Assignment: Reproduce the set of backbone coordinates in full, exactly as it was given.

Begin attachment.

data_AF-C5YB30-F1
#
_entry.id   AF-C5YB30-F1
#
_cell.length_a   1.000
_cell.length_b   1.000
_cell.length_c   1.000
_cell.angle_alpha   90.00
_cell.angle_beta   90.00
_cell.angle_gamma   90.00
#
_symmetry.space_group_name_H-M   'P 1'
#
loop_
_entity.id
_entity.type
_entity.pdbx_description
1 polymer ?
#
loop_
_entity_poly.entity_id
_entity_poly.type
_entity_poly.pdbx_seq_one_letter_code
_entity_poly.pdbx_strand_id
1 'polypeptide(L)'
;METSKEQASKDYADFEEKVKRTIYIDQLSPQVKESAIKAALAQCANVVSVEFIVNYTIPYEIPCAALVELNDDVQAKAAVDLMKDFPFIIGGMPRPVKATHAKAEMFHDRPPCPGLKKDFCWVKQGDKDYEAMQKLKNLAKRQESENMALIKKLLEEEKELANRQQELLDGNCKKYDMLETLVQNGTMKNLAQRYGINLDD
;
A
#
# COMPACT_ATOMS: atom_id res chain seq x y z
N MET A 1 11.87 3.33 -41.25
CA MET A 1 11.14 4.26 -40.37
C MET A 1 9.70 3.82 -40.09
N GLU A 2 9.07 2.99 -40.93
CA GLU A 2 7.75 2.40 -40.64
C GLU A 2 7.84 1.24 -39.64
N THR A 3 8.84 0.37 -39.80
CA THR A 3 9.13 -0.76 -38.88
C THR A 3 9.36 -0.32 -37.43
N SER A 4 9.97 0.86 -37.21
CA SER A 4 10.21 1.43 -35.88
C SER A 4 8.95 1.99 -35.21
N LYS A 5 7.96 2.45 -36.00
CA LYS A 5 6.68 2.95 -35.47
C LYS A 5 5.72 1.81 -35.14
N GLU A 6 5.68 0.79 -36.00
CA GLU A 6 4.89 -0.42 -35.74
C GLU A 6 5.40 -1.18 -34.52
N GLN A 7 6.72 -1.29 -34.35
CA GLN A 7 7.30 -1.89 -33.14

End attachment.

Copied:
data_AF-C5YB30-F1
#
_entry.id   AF-C5YB30-F1
#
_cell.length_a   1.000
_cell.length_b   1.000
_cell.length_c   1.000
_cell.angle_alpha   90.00
_cell.angle_beta   90.00
_cell.angle_gamma   90.00
#
_symmetry.space_group_name_H-M   'P 1'
#
loop_
_entity.id
_entity.type
_entity.pdbx_description
1 polymer ?
#
loop_
_entity_poly.entity_id
_entity_poly.type
_entity_poly.pdbx_seq_one_letter_code
_entity_poly.pdbx_strand_id
1 'polypeptide(L)'
;METSKEQASKDYADFEEKVKRTIYIDQLSPQVKESAIKAALAQCANVVSVEFIVNYTIPYEIPCAALVELNDDVQAKAAVDLMKDFPFIIGGMPRPVKATHAKAEMFHDRPPCPGLKKDFCWVKQGDKDYEAMQKLKNLAKRQESENMALIKKLLEEEKELANRQQELLDGNCKKYDMLETLVQNGTMKNLAQRYGINLDD
;
A
#
# COMPACT_ATOMS: atom_id res chain seq x y z
N MET A 1 11.87 3.33 -41.25
CA MET A 1 11.14 4.26 -40.37
C MET A 1 9.70 3.82 -40.09
N GLU A 2 9.07 2.99 -40.93
CA GLU A 2 7.75 2.40 -40.64
C GLU A 2 7.84 1.24 -39.64
N THR A 3 8.84 0.37 -39.80
CA THR A 3 9.13 -0.76 -38.88
C THR A 3 9.36 -0.32 -37.43
N SER A 4 9.97 0.86 -37.21
CA SER A 4 10.21 1.43 -35.88
C SER A 4 8.95 1.99 -35.21
N LYS A 5 7.96 2.45 -36.00
CA LYS A 5 6.68 2.95 -35.47
C LYS A 5 5.72 1.81 -35.14
N GLU A 6 5.68 0.79 -36.00
CA GLU A 6 4.89 -0.42 -35.74
C GLU A 6 5.40 -1.18 -34.52
N GLN A 7 6.72 -1.29 -34.35
CA GLN A 7 7.30 -1.89 -33.14